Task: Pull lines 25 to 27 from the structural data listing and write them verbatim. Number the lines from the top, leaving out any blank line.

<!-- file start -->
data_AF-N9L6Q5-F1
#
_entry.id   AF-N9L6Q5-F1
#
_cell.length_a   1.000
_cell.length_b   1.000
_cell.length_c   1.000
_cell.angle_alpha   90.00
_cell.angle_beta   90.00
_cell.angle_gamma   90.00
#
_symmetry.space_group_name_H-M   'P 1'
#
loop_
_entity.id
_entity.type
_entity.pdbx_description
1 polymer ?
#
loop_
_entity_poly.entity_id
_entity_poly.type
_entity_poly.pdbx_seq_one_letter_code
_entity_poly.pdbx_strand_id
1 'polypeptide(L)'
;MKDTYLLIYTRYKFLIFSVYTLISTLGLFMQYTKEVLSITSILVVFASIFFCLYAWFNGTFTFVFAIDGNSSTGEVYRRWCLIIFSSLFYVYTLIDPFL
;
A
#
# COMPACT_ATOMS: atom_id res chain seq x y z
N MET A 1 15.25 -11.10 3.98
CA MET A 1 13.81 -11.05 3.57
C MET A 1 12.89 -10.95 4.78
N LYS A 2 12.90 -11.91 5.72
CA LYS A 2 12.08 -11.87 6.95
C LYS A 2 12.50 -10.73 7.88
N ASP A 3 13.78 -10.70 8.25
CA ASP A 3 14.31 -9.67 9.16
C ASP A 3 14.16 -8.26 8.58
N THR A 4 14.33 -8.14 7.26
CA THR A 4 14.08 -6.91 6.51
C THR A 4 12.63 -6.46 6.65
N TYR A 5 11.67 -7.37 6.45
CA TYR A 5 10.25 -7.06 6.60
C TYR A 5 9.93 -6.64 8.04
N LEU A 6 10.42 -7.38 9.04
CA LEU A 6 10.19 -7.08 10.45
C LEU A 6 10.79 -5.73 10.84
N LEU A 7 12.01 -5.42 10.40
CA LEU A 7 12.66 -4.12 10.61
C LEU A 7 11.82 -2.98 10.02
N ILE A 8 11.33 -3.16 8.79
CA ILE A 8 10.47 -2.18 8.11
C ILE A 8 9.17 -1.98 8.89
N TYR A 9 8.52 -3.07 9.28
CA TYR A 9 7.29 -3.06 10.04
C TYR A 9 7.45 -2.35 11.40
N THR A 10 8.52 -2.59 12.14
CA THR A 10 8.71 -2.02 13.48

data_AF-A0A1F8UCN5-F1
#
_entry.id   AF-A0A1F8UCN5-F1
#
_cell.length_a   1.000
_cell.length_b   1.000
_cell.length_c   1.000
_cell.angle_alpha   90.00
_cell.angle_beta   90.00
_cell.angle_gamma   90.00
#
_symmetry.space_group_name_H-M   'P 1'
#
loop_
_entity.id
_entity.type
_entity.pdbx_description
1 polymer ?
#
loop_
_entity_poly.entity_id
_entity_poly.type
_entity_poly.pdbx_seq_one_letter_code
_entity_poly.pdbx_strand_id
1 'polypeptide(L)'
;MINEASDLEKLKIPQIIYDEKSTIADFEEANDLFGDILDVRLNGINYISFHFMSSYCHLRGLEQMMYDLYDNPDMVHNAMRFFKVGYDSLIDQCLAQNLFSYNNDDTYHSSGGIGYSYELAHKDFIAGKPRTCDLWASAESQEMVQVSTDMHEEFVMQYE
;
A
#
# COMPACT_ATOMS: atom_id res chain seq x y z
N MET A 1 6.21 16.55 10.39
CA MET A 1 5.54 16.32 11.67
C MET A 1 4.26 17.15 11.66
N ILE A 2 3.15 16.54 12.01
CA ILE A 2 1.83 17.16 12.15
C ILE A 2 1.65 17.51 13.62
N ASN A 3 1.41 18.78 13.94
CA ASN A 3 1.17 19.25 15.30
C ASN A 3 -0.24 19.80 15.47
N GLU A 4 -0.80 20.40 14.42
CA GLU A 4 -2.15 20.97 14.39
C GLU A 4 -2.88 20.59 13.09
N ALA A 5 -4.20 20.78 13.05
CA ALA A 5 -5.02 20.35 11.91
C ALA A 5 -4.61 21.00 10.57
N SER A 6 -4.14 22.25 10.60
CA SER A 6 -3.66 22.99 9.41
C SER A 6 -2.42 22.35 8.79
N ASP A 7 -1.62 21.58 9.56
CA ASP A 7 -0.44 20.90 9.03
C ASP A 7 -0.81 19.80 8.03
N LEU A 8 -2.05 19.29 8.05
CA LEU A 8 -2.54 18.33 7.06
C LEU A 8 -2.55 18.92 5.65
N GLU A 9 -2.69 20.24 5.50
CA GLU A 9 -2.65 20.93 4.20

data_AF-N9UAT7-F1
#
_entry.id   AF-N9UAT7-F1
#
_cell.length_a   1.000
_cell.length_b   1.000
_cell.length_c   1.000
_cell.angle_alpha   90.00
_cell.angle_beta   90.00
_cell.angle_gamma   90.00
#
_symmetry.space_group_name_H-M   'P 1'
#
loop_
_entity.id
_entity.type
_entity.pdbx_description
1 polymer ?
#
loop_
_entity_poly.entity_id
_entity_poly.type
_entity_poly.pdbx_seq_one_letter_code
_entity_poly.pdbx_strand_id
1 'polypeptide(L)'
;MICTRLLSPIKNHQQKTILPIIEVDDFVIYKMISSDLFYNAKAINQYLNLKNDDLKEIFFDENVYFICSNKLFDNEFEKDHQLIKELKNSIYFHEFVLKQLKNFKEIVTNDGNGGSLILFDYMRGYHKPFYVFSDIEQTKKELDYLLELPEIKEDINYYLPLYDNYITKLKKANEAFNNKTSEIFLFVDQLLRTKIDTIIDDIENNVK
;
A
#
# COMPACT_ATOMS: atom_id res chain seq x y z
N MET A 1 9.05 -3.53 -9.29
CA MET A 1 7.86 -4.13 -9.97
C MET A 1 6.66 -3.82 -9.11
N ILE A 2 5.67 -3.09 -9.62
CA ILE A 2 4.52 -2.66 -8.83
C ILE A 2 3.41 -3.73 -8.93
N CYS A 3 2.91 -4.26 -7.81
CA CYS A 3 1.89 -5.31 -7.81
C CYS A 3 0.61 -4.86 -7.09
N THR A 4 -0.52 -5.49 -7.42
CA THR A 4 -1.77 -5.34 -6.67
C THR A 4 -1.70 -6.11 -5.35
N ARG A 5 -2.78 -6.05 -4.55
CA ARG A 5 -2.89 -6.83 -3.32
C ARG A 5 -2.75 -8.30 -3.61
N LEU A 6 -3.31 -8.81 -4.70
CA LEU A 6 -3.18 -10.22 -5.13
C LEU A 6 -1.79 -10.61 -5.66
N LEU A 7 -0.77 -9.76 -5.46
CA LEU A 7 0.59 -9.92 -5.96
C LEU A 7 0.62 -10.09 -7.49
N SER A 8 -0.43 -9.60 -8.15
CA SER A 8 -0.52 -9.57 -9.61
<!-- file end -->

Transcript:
1 'polypeptide(L)'
;MKDTYLLIYTRYKFLIFSVYTLISTLGLFMQYTKEVLSITSILVVFASIFFCLYAWFNGTFTFVFAIDGNSSTGEVYRRWCLIIFSSLFYVYTLIDPFL
;